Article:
Health and Social Care Psychology P1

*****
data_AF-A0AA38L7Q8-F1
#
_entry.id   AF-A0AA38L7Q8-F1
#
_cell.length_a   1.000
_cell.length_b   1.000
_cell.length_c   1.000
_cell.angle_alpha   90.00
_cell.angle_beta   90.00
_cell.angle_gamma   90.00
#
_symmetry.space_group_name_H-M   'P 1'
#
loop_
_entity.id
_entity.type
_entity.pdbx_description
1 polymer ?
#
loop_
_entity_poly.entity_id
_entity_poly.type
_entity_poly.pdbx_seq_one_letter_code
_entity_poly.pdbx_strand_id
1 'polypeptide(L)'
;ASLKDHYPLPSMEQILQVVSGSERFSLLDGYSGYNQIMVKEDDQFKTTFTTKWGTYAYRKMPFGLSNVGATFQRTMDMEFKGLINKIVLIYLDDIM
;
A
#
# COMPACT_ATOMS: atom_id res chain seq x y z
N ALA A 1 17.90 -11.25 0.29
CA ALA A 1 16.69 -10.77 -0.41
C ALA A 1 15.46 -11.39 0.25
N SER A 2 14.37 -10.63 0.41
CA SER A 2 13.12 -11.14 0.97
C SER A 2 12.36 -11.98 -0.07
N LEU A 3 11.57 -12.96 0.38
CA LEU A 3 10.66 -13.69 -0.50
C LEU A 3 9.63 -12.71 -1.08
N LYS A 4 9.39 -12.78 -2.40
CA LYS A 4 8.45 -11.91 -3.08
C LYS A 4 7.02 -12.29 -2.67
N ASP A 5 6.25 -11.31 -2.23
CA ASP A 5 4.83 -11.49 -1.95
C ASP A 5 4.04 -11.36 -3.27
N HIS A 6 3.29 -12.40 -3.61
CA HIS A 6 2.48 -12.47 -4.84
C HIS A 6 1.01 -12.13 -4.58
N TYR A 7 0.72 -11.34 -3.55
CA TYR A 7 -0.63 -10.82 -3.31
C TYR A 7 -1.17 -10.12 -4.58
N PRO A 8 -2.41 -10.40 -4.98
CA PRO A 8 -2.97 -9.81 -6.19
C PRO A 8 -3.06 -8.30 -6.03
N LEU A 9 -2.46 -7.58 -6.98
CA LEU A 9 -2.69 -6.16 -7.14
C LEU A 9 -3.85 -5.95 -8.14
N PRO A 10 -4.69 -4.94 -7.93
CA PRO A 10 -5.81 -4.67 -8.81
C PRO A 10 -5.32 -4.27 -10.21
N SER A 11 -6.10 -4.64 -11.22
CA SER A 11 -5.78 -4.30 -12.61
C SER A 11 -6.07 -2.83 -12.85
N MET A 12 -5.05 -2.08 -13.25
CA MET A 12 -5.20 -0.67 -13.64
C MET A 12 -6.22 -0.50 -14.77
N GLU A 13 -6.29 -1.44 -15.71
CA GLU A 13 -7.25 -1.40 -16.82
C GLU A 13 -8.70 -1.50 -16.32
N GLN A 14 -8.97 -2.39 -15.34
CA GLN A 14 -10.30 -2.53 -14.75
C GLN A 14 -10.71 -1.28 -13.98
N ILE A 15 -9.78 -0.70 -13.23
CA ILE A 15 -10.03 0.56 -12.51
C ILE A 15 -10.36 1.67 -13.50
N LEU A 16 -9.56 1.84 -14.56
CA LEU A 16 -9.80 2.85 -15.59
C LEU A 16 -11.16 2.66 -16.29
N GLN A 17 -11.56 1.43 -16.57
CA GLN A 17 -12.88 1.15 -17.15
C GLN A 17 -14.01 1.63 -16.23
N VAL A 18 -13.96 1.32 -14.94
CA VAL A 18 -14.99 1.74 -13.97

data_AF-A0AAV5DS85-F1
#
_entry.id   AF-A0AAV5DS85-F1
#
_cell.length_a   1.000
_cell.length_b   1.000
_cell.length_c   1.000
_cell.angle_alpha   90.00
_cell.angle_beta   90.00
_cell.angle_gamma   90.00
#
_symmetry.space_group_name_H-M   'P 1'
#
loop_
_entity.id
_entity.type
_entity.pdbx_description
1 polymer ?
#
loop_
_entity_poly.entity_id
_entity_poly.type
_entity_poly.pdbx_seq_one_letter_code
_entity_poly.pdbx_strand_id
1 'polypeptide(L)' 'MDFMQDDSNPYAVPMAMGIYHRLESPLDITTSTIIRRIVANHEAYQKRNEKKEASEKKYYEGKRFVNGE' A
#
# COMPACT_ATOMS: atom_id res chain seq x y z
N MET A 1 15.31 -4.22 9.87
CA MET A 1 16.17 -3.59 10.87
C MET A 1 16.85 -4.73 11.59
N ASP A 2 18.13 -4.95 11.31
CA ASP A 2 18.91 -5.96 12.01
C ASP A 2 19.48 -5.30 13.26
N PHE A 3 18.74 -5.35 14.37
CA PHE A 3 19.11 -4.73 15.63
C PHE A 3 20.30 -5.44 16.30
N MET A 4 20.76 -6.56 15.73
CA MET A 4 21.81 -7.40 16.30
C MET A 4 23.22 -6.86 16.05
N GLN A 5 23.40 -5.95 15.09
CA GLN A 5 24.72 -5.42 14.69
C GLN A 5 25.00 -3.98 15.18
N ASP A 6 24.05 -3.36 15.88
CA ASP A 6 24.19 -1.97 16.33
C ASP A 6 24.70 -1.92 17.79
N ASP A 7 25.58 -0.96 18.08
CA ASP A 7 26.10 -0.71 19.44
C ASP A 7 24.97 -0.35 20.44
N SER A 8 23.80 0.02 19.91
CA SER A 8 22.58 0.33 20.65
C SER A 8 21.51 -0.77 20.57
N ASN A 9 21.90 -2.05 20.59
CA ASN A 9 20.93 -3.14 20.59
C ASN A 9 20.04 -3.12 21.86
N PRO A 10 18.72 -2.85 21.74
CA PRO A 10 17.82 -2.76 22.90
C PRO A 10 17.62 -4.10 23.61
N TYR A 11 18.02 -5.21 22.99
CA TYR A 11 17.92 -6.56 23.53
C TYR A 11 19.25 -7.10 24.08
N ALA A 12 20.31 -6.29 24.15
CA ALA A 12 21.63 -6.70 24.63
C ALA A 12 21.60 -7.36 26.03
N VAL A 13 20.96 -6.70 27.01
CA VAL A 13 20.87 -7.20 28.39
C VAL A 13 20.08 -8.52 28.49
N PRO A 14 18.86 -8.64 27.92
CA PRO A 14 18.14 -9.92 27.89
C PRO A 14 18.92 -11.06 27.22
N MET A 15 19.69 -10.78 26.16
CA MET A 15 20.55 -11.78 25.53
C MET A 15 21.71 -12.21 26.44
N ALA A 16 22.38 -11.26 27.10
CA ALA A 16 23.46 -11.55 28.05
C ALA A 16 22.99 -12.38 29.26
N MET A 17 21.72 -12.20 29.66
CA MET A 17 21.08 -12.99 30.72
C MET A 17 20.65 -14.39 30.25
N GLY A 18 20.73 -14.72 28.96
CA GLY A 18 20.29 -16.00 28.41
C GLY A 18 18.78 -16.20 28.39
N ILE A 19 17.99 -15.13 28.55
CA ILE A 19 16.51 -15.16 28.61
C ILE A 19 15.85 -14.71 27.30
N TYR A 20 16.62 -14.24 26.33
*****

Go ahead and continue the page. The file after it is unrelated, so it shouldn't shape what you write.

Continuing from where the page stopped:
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The Behaviourist Approach A behaviourist psychologist believes that all behaviour is the result of either classical or operant conditioning: Operant conditioning involves learning what happens as a result of reinforcement or punishment. E.L Thorndike believed that the consequences of our actions help to decide whether we learned something or not. His experiment involved putting a cat in a box, with a lever to open it. The cat firstly opened the box by accident, but through a series of trial and error, the cat soon learnt that pushing the lever allowed it to escape and get food. Thorndike concluded in his law of effect that a particular stimulus will lead to a response if that response brings satisfaction, and if there is no satisfaction the response will stop. B.F Skinner used similar techniques and created the "Skinner Box" which allowed a rat to press a lever to release a pellet of food. The rat eventually learned through reinforcement that pressing the lever provided food. Reinforcement can be either positive or negative: positive reinforcement occurs when the consequences after a shown behaviour are desirable and negative is when the behaviour exhibited results in an unpleasant experience. Classical conditioning is the automatic response to a previously unrelated stimulus. Ivan Pavlov was a Russian psychologist whom can be associated with classical conditioning. He found that when dogs were shown an empty food dish they produce saliva through a reflex action. The dogs salivated when given a dish of food; soon they began to associate the dish with food, and so salivated even when the dish was empty. The dogs have been classically conditioned. The food is the unconditional stimulus (UCS), meaning the dog is automatically stimulated by food, the response to the food is called the unconditional response (UCR). When food is present with the dish, the
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